We checked in at P.U Inn and got sold tickets for a river boat trip by the owner, which was due to depart just an hour later. We were squashed into the back of a pick up truck and taken to the river, where we got on a long tail boat with other people staying at our guest house. We stopped at several places along the way, where we got off to explore temples and ruins. Some of these were lovely, but some of them weren't particularly interesting and charged an extra fee for entering, which we had no choice but to pay, unless we wanted to sit and wait on the long tail boat.
Sunset behind one of the temples on the river trip
Whilst we were exploring the last temple as the sun was setting, which you can see above, we could hear a thunder storm in the distance. The long tail boat driver hurried us back onto the boat, to make the journey back to where we started. As the rain started hurtling down, our little boat was getting rocked around, with the water getting very choppy. As the light was disappearing, we could see fork lightning getting closer and closer to us, until it was landing just a few metres ahead of us. The journey can't have been that long, but it felt like ages! Even though the boat had a small canopy over it, we got absolutely soaked and were pleased to finally make it back to land, where we were told there would be a food market. When we got there, a lot of the stalls had packed up due to the heavy rain, which was disappointing. The boat trip was a strange experience and funny looking back at it, but quite scary at the time!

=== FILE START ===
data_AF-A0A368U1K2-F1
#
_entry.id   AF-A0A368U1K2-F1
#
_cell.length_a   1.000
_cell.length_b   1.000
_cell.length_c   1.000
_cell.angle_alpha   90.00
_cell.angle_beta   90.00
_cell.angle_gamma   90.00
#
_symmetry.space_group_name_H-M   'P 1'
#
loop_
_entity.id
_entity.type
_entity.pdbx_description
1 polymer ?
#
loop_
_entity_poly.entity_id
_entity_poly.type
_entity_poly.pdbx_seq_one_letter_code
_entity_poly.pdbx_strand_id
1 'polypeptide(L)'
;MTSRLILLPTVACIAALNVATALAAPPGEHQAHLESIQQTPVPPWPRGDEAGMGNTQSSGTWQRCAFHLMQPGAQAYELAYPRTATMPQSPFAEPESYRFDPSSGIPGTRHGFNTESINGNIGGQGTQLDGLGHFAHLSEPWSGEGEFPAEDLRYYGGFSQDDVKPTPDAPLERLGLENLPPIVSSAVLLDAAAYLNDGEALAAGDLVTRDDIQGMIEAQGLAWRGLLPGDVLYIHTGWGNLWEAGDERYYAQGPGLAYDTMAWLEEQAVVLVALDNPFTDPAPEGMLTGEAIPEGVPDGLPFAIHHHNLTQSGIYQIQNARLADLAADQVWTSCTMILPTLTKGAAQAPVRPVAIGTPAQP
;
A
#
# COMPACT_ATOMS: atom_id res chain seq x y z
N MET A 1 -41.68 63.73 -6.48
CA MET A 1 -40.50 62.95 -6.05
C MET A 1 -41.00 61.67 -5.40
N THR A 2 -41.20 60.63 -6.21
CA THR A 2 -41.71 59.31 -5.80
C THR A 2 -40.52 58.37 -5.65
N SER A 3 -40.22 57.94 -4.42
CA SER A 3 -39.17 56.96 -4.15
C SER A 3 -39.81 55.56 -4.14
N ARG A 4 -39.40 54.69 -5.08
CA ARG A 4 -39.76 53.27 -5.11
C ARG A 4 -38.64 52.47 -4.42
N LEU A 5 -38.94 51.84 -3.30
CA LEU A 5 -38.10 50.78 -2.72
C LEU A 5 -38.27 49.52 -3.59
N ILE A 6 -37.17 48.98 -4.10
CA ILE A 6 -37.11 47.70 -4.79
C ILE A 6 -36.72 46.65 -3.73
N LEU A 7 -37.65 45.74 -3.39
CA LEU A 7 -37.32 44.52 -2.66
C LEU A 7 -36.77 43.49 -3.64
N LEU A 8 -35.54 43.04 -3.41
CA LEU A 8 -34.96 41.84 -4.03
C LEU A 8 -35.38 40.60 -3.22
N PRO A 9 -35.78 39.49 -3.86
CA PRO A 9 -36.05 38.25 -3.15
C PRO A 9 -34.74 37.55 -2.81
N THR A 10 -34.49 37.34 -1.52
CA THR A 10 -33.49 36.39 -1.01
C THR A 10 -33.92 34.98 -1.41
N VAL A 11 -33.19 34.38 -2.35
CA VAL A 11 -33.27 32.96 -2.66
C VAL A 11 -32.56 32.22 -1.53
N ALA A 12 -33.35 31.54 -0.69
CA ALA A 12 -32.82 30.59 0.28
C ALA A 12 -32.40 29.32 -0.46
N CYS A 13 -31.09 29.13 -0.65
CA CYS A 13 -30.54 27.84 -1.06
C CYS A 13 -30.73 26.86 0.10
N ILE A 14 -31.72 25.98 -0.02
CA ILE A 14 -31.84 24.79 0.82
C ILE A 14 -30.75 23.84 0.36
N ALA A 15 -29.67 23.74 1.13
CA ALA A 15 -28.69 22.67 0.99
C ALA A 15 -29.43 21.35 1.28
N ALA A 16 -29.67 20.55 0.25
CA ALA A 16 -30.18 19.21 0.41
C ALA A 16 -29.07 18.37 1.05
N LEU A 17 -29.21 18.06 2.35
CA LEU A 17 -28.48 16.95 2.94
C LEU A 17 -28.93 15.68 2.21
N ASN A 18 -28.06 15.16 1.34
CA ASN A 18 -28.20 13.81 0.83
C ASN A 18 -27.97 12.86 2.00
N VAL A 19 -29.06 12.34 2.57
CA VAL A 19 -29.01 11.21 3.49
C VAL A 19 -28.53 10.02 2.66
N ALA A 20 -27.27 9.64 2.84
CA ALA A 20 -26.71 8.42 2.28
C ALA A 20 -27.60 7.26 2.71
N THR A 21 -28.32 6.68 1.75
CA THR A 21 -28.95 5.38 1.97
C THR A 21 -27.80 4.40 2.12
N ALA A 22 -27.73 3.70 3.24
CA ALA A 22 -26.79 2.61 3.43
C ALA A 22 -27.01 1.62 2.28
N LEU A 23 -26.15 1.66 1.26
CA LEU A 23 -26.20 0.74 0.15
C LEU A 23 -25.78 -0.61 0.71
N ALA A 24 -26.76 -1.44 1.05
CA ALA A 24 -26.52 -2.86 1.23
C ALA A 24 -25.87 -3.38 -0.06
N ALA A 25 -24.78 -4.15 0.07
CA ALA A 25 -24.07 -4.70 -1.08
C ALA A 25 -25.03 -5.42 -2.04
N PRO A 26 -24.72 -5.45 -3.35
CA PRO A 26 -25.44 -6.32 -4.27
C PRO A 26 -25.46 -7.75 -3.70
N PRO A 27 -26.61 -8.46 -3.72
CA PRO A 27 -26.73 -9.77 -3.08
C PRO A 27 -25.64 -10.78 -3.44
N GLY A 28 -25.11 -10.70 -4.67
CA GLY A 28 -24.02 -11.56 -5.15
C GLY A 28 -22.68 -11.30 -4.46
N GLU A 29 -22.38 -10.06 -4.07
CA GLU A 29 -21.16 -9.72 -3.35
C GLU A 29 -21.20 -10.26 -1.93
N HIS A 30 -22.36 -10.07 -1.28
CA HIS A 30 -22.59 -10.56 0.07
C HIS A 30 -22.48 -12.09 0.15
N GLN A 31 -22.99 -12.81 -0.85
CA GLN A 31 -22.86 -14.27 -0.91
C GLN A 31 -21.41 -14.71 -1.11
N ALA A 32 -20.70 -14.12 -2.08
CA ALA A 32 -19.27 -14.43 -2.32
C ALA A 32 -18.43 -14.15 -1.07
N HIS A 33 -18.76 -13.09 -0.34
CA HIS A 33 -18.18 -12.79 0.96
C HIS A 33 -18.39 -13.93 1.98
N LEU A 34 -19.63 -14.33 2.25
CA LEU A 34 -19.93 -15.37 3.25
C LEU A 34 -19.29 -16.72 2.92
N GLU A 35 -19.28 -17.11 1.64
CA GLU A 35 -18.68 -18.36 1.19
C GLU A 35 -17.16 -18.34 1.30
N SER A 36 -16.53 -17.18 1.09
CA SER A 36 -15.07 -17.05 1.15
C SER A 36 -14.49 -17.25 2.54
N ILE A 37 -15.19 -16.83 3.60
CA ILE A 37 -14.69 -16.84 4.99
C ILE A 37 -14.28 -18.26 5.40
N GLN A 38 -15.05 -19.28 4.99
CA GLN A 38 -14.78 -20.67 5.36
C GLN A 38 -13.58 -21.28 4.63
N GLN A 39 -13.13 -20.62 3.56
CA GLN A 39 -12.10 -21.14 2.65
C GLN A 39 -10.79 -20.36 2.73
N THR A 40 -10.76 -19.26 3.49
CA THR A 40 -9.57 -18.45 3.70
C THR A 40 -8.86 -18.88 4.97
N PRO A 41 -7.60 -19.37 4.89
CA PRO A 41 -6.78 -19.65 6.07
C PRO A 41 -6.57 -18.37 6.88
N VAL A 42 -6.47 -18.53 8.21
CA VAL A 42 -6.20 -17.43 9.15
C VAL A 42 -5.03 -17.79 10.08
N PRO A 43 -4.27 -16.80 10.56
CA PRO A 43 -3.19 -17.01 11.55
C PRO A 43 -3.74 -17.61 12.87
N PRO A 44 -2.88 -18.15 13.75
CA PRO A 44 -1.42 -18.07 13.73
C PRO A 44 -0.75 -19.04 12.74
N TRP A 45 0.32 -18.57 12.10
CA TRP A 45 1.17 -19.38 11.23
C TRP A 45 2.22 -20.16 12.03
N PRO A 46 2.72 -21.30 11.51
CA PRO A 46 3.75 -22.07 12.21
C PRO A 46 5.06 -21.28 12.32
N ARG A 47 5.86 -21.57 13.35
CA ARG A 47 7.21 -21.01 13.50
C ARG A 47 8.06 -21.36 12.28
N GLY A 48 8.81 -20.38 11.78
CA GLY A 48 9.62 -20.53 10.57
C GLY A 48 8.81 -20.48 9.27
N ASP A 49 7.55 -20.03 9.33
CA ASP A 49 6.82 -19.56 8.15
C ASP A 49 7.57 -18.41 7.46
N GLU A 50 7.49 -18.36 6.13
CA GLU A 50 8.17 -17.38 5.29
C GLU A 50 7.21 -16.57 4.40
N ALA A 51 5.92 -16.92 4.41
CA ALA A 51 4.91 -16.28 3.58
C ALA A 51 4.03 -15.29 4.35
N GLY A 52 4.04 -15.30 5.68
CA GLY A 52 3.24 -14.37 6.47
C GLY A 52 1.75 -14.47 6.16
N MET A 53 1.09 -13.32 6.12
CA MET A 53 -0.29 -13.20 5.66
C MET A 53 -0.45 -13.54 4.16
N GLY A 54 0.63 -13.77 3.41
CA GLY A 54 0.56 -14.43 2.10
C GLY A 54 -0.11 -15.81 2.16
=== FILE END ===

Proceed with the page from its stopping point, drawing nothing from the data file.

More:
A huge Buddha in one of the temples on the boat trip. The photo doesn't do it justice
The next day, after a nice evening of food and drying off after the boat trip, we went to explore the many ruins in Ayutthaya. We lost our bearings, looking at the rubbish map our guest house owner gave us, so got a tuk-tuk to take us what turned out to be a very short distance to the main site we wanted to go to, Wat Mahathat. This is home to many beautiful ruins, but the main attraction is the Buddha head in the tree, which is said to be one of the most photographed things in the whole of Thailand!